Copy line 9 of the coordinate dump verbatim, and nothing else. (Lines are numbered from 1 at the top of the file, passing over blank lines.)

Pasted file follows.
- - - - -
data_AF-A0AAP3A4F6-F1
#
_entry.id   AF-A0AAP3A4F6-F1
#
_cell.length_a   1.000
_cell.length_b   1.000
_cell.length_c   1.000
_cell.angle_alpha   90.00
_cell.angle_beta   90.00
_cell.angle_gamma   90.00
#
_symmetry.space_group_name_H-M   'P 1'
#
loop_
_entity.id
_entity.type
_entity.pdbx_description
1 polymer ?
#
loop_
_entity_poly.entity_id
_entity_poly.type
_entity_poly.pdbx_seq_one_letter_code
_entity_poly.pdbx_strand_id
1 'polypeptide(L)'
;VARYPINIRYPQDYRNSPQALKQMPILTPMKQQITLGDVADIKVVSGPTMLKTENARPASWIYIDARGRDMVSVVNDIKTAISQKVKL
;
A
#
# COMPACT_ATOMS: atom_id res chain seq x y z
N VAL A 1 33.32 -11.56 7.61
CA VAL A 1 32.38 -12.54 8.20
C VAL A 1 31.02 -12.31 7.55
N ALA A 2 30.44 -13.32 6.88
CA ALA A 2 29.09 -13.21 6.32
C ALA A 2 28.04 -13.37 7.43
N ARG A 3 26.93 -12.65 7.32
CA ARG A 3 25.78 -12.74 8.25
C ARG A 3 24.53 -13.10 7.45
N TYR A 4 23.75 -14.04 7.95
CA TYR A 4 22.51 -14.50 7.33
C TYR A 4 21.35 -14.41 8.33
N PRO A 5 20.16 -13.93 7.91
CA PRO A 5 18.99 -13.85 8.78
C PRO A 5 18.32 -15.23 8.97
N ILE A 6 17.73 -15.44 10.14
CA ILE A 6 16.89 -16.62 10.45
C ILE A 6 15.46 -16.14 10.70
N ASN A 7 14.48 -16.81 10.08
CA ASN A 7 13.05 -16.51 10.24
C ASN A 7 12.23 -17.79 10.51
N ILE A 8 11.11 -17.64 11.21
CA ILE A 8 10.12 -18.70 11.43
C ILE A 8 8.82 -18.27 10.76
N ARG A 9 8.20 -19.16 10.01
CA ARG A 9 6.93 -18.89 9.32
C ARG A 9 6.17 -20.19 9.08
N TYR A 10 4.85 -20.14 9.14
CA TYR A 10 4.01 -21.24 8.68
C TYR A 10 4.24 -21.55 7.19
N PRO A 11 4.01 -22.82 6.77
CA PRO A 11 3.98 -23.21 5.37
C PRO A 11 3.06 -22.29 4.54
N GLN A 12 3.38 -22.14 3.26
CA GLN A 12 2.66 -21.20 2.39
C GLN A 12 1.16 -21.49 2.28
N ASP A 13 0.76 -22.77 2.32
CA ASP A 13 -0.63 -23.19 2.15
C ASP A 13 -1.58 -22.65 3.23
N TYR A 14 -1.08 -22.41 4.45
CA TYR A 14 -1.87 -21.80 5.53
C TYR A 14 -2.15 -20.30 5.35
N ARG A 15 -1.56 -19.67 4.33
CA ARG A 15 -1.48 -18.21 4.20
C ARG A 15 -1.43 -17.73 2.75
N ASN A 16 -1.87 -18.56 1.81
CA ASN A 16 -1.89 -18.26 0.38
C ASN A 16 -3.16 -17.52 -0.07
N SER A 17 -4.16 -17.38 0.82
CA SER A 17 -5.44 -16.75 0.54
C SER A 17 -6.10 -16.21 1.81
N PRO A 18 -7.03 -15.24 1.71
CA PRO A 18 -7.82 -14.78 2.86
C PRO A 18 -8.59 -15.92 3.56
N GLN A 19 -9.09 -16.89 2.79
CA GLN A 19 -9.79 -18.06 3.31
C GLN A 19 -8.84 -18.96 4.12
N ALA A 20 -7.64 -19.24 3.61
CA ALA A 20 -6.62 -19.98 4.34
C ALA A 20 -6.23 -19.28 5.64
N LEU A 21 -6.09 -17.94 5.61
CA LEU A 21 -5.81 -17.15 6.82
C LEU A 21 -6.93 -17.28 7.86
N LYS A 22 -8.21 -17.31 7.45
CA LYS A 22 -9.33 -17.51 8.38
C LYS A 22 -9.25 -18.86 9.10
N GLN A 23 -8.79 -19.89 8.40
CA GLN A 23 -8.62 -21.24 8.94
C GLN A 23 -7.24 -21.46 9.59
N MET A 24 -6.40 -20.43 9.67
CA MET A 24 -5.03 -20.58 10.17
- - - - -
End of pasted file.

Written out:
_cell.angle_beta   90.00